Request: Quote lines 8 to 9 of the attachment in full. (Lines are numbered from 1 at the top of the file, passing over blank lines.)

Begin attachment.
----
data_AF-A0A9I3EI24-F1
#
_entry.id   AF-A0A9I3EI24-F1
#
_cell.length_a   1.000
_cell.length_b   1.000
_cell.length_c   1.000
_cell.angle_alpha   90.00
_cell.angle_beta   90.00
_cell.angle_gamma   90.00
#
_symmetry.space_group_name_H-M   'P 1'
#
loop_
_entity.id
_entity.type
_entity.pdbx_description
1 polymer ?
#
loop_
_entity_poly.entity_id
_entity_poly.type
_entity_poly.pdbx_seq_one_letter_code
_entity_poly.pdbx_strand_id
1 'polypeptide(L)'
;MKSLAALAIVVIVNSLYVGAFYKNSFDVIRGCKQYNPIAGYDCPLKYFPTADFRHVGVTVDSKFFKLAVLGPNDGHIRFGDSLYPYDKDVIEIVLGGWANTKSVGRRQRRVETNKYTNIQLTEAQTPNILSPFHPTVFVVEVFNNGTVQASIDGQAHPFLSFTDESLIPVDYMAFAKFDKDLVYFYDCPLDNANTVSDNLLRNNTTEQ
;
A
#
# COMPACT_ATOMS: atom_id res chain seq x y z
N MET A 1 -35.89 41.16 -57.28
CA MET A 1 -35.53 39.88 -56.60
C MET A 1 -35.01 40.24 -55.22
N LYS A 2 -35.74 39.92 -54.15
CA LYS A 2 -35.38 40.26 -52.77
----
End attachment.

_cell.angle_alpha   90.00
_cell.angle_beta   90.00